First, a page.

Among the ridges of the subtropical southern Brazilian highlands, the living fossil Araucaria angustifolia tree dominates the landscapes that were once home to the complex Jê society that emerged at around 2,000 yr BP. Araucaria or the “monkey puzzle tree”, provided to the Jê culture not only wood and shelter for their villages, but also one of their staple foods, the pinhão, a highly nutritious and calorie-dense nut used in their daily diet as well as in rituals and ceremonies (Iriarte et al. 2013). Paleoecological studies show that Araucaria trees arrived in the south of Brazil from about 6,000 yr BP, and expanded following the climatic trend of increased precipitation through the Holocene (Behling et al. 2004). Meanwhile, the paleoecological records within Jê archaeological context shows unexpected patterns in the diversity of this forest and the abundance of Araucaria pollen if climate was the sole driving factor. The ongoing studies show that the more intense and permanent occupation of this region was associated with a regional expansion of the Araucaria forest at the same time that this culture modified the landscape at a local scale (Behling et al. 2004; Iriarte et al. 2013; Iriarte and Behling 2007). The varied proportion of Araucaria forest at human-impacted sites could reflect the legacy of pre-Columbians having facilitated the spread of this economically valuable tree species (Iriarte and Behling 2007). It is suspected that the heterogeneous local human land modification across the Jê landscape affected the diversity of “natural” vegetation (Iriarte and Behling 2007), suggesting past land-use legacies have influenced the modern vegetation.
Chocolate forest islands in SW Amazonia
Palm agroforestry by the ancient Maya may not be the only example of monodominant cultivation, as shown in the case of the “chocolate forest islands” in the Llanos de Moxos of southwestern Amazonia. The Llanos de Moxos is an Amazonian sub-basin that has been inhabited as early as 10,000 yr BP, with maize crop production beginning ca. 6,500 yr BP (Brugger et al. 2016). The basin contains impermeable seasonally-flooded soils overlain by savannas; although much of the region is not hospitable for forest growth, there are forest islands on well-drained soils of outcrops of the PreCambrian Shield located within savanna. One such forest island, where a ring-ditch traces the entire periphery of the forest island, shows clear evidence of past human manipulation of the landscape (Carson et al. 2016). Intriguingly, dense stands of cacao (Theobroma cacao) occupy a large proportion of the island, which are thought to originate from either 17th century Jesuit missionaries or Pre-Columbian agroforestry. Due to the highly-specialized pollination mechanism, however, Theobroma pollen was undetectable in the pollen record, even with counts of > 1000 grains, so the origin of the chocolate plantation could not be dated. What paleoecology could reveal, however, is that the dense broad-leaf forests of southwestern Amazonia became established in the late Holocene (3,000 yr BP) due to increasing monsoon strength, long after anthropogenic impacts had begun in this region. Given that the rainforest in this southwestern corner of Amazonia does not pre-date anthropogenic influence, composition of forest in areas adjacent to human habitation might have been influenced by people from its inception, thus the ecological baselines could be anthropogenic.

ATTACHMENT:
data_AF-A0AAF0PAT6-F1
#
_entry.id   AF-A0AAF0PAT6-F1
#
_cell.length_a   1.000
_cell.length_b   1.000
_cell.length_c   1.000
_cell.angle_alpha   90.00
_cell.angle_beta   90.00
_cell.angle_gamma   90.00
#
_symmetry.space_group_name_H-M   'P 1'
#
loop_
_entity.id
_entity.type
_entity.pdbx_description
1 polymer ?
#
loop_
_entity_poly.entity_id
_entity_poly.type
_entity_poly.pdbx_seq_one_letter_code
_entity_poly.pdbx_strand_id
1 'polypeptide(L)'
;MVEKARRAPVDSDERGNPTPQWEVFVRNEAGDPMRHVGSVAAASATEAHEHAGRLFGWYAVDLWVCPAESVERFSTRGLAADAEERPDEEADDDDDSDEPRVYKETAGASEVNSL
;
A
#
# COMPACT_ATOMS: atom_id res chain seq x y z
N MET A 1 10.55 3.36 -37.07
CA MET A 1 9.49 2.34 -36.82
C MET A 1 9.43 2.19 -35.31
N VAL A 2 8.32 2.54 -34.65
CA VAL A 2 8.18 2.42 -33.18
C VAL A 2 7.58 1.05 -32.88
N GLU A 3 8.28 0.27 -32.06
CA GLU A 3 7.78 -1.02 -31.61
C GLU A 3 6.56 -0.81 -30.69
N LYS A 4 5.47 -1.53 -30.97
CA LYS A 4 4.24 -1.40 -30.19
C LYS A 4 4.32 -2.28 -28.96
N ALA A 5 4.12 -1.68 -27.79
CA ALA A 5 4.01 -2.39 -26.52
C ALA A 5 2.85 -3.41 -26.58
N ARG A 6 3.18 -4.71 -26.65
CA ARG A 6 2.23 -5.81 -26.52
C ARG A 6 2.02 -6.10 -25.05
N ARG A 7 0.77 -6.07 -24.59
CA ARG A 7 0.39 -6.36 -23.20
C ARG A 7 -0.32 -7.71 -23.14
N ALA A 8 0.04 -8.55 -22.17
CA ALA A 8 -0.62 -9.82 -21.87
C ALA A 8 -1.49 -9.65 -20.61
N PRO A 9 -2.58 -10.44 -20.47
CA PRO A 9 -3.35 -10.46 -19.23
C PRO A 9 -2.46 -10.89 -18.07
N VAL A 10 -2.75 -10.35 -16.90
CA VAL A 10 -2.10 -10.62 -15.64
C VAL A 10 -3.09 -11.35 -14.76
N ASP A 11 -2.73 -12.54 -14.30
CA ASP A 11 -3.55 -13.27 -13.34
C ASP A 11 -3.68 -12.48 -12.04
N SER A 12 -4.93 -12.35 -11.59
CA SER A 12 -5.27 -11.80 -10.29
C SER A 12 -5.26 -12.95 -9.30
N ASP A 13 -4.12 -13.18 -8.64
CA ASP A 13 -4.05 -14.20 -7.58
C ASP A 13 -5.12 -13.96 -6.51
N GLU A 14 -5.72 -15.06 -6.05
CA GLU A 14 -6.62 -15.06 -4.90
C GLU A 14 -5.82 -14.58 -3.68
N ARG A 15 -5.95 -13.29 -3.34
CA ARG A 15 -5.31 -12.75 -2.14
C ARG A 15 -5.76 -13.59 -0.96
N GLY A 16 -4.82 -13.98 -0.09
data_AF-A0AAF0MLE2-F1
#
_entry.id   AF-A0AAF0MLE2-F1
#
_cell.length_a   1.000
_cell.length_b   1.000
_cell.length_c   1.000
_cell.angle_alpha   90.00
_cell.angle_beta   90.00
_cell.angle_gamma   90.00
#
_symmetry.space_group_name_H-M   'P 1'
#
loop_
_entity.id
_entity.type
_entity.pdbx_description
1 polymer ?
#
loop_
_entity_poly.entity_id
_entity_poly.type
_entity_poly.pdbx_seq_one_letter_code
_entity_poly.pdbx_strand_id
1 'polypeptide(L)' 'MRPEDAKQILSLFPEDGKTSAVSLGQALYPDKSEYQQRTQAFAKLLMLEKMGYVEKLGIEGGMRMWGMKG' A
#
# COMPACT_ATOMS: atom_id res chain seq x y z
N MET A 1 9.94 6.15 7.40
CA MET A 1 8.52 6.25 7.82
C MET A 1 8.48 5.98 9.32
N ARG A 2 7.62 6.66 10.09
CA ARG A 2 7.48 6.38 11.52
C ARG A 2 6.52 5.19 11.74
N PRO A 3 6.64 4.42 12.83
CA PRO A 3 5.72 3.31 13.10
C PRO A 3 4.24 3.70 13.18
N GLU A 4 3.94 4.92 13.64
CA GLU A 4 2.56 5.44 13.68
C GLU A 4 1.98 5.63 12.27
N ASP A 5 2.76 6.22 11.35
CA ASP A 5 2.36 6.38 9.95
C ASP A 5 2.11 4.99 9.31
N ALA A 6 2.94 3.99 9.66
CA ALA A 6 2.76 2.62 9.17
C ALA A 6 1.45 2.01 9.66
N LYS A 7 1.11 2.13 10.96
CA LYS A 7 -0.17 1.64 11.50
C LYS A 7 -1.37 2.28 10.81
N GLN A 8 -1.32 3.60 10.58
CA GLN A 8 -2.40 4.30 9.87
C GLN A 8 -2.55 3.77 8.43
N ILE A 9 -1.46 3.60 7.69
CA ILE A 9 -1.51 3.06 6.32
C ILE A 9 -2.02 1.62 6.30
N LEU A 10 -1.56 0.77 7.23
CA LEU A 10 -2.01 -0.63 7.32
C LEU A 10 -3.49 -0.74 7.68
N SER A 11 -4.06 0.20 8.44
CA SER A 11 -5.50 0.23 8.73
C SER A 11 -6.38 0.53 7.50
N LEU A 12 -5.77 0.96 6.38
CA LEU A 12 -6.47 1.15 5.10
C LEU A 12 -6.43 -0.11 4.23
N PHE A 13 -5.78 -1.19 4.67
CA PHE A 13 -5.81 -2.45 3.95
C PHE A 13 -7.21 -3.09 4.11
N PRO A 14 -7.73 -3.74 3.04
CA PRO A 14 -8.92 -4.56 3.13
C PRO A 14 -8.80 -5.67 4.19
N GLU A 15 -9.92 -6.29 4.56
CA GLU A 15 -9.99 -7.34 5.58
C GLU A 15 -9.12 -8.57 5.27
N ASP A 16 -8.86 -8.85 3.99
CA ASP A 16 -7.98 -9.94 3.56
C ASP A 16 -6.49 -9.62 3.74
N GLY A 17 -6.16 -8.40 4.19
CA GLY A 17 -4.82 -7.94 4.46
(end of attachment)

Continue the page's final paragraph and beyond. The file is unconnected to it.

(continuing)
Cultivation of the ice-cream bean
Also among the lowland savannas of southwestern Amazonia, extensive Pre-Columbian raised fields show that people once cultivated these poor savanna soils where cattle ranching now predominates (Lombardo et al. 2011). Paleoecological analyses show that intensive land use began before 1700 yr BP, with burning and clearance of savannas and gallery forests, and raised fields were built for maize cultivation (Whitney et al. 2014). A shift towards less intensive land use incorporating sweet potato cultivation occurred around 700 yr BP, and accompanying this change, Inga species colonized the riparian zones. Inga edulis is a common food resource (the ice-cream bean) and also an ecological pioneer in the establishment of secondary tropical forest. Pioneer tree species tend to out-shade themselves in the first decades following forest regeneration (Guariguata and Ostertag 2001), so its centuries-long presence in the paleoecological record points to human management of the regenerating gallery forest that stopped forest succession towards a more diverse floristic composition. The mixed strategy of agriculture and agroforestry continued until 1800 AD, around the time land use switched to cattle ranching, suggesting that continued management was required for Inga species to persist.
This short review of Pre-Columbian impact on ecosystem composition and biodiversity shows variable evidence for legacies of past land use. The intensity and type of past management, combined with ecosystem type, might be key to controlling whether or not anthropogenic modifications create long-term changes to ecosystem composition and biodiversity. Despite having made significant inroads in redefining what is natural in tropical ecosystems, the complexity illustrated by these studies highlights the challenges ahead for paleoecology in disentangling the natural and human determinants of composition and biodiversity in tropical ecosystems.
1Department of Geography and Environmental Sciences, Northumbria University, Newcastle-Upon-Tyne, UK
2Department of Geography and Environmental Science, University of Reading, UK
Bronwen Whitney: firstname.lastname@example.org